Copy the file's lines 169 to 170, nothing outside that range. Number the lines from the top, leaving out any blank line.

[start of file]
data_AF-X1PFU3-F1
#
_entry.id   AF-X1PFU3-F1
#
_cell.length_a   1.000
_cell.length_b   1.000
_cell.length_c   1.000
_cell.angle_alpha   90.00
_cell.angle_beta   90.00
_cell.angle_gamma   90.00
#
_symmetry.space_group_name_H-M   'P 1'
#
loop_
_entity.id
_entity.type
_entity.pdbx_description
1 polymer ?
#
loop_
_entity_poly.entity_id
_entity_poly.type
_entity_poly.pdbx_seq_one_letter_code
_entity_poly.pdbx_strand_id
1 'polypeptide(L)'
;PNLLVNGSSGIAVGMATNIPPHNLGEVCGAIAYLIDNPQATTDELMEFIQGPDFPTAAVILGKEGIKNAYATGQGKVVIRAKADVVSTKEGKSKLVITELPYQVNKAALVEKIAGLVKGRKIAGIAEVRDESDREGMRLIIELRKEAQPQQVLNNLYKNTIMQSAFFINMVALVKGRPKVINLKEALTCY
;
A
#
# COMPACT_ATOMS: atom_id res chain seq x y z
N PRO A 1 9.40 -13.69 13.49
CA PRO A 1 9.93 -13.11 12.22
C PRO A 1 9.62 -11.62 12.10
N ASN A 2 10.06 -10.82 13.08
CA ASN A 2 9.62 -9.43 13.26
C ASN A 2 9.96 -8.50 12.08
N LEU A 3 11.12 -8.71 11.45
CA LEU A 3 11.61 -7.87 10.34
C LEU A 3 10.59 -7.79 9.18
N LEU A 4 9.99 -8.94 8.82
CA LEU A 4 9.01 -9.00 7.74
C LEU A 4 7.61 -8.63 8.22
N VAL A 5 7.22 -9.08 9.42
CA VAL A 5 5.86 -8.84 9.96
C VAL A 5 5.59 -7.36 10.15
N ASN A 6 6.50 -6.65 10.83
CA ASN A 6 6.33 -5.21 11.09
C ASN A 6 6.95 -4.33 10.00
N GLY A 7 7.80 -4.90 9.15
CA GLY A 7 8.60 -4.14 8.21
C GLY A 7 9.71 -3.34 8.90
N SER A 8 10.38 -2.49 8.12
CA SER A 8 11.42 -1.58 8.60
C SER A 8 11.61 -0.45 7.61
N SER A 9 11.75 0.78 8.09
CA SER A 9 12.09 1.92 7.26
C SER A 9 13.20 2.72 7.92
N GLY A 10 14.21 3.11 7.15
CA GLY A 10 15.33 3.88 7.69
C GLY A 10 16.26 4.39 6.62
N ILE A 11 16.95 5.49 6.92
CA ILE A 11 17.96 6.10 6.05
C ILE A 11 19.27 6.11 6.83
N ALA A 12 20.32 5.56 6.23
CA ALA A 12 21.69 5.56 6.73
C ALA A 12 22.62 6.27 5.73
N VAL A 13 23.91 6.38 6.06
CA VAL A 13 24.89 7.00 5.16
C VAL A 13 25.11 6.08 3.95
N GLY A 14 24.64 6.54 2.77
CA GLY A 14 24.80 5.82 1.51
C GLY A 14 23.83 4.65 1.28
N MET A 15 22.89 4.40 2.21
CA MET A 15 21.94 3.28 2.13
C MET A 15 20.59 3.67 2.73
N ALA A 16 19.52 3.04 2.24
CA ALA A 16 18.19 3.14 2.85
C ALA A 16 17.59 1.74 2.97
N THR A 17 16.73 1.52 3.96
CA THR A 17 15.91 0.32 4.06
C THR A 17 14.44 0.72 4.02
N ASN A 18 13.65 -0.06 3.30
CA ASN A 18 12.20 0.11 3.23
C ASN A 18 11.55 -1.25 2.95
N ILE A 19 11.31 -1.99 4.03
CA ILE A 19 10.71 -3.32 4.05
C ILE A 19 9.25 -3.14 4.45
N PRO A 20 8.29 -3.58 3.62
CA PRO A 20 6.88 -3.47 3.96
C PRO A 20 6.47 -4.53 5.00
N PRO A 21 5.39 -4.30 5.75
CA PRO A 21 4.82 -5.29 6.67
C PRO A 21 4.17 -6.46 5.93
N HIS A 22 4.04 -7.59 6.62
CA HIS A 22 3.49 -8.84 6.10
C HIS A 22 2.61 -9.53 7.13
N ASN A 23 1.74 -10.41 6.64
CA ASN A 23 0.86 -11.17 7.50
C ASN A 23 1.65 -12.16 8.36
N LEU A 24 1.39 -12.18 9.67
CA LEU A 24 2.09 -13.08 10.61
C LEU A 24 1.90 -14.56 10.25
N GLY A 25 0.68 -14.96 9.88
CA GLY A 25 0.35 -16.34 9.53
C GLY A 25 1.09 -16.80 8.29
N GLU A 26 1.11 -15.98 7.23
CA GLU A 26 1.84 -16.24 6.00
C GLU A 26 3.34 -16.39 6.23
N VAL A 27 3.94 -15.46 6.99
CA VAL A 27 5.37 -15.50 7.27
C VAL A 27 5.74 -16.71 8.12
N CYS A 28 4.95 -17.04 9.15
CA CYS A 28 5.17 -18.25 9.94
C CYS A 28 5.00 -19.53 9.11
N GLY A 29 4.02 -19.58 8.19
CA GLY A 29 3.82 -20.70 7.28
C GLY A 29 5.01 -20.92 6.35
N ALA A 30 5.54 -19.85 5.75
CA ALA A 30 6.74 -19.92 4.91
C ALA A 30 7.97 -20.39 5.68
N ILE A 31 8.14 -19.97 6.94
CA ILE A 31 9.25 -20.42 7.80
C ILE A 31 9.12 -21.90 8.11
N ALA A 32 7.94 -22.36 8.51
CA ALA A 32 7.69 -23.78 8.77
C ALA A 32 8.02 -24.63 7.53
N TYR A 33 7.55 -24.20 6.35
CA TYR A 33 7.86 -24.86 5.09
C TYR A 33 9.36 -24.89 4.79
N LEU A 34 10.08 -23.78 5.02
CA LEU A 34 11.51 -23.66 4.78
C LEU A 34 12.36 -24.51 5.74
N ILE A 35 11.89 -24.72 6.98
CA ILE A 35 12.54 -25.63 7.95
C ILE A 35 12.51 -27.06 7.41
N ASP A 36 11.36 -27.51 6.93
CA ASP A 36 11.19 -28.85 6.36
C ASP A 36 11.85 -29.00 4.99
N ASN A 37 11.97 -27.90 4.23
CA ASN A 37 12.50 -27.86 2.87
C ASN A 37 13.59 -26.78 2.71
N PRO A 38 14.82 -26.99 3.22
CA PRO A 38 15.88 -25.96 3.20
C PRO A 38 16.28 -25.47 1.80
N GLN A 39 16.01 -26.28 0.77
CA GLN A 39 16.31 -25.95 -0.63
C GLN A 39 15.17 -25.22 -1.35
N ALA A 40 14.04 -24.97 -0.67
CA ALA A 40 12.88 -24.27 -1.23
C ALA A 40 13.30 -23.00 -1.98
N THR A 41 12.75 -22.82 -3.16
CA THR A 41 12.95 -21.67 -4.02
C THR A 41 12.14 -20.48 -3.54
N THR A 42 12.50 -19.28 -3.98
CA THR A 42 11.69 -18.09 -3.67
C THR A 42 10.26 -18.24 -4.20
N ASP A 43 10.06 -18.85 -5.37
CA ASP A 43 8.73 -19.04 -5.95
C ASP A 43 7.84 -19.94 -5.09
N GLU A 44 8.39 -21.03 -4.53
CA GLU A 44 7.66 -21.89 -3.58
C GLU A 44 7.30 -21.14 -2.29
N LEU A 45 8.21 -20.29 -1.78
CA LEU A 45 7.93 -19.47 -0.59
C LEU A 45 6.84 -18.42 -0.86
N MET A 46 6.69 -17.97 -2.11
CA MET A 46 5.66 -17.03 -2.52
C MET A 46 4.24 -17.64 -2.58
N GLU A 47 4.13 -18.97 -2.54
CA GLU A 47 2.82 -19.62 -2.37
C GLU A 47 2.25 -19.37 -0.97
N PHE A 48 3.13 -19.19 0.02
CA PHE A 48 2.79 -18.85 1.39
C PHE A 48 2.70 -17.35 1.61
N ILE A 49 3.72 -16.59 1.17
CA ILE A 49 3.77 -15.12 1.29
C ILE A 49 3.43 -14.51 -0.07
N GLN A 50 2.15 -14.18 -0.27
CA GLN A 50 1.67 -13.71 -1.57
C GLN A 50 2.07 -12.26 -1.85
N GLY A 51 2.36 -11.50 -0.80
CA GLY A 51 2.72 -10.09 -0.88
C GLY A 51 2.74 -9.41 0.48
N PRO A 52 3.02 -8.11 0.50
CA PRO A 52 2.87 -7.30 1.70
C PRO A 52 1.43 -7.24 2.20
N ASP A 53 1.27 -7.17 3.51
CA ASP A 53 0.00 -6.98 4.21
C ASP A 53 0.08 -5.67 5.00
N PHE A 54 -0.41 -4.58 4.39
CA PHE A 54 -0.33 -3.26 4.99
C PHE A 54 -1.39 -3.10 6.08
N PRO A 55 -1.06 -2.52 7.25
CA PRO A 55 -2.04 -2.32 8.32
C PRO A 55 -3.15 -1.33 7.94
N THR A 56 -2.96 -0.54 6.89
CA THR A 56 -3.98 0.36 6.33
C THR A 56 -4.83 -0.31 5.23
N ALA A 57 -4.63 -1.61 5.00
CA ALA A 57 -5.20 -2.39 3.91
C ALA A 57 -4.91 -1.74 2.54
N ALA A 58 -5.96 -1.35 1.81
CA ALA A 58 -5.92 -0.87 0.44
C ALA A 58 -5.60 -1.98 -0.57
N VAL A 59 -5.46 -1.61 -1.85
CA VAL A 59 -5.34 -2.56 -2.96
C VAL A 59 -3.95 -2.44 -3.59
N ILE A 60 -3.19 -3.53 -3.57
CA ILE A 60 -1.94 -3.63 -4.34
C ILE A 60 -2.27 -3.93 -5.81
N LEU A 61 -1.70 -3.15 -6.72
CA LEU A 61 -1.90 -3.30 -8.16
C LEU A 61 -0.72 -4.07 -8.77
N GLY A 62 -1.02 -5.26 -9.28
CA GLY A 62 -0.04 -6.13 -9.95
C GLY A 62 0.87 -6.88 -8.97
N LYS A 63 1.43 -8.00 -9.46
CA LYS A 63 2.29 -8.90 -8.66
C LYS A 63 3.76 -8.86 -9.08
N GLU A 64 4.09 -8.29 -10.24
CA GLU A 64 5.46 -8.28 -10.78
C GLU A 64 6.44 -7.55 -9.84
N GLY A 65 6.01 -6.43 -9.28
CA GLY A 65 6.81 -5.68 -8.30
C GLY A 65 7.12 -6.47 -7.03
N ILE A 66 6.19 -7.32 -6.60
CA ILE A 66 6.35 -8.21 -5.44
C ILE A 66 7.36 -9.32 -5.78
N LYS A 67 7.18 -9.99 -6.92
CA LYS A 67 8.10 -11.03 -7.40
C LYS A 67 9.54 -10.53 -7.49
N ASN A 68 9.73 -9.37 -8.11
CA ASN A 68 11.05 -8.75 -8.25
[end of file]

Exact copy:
N GLU A 47 4.13 -18.97 -2.54
CA GLU A 47 2.82 -19.62 -2.37